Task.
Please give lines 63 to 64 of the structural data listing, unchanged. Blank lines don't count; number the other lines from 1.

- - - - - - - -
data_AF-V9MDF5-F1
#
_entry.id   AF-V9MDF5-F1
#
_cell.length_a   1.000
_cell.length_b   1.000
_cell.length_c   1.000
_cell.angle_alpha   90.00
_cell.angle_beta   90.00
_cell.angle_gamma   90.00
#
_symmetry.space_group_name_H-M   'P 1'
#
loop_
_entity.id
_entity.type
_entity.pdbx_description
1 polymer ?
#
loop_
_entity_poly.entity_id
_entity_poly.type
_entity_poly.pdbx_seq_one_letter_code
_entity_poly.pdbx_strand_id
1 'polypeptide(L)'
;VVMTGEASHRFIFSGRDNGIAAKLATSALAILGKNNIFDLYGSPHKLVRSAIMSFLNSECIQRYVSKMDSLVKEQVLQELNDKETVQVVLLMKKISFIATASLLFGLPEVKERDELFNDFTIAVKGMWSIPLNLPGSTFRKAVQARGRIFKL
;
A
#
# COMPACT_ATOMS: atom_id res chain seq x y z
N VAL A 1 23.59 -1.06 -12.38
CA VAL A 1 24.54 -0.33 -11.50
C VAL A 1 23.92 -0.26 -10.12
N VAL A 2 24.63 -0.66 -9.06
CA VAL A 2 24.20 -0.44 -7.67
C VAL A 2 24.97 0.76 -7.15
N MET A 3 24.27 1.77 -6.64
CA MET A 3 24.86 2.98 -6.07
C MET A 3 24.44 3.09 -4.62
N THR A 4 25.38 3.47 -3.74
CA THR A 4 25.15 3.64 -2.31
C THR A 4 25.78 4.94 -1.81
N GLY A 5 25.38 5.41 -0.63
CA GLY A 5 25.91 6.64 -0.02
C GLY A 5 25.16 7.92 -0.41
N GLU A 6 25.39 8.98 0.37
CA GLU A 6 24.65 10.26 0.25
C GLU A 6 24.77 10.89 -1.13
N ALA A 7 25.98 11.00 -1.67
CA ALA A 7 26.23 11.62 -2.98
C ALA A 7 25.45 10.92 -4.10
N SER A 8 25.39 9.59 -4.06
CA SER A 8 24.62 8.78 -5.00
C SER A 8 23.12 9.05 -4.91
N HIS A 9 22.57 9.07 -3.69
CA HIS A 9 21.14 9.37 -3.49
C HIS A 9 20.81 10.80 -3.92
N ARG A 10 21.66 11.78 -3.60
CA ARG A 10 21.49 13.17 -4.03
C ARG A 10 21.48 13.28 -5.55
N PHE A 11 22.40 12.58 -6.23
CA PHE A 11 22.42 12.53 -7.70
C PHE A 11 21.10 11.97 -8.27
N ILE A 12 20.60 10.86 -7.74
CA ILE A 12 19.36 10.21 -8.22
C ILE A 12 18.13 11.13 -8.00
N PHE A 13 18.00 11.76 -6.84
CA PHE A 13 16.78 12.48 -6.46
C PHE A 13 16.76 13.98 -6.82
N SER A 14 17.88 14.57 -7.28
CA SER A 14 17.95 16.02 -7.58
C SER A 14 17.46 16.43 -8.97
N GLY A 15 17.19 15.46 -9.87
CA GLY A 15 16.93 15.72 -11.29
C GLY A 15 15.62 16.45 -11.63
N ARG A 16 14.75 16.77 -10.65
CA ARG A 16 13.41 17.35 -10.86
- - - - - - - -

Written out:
C PHE A 11 21.10 11.97 -8.27
N ILE A 12 20.60 10.86 -7.74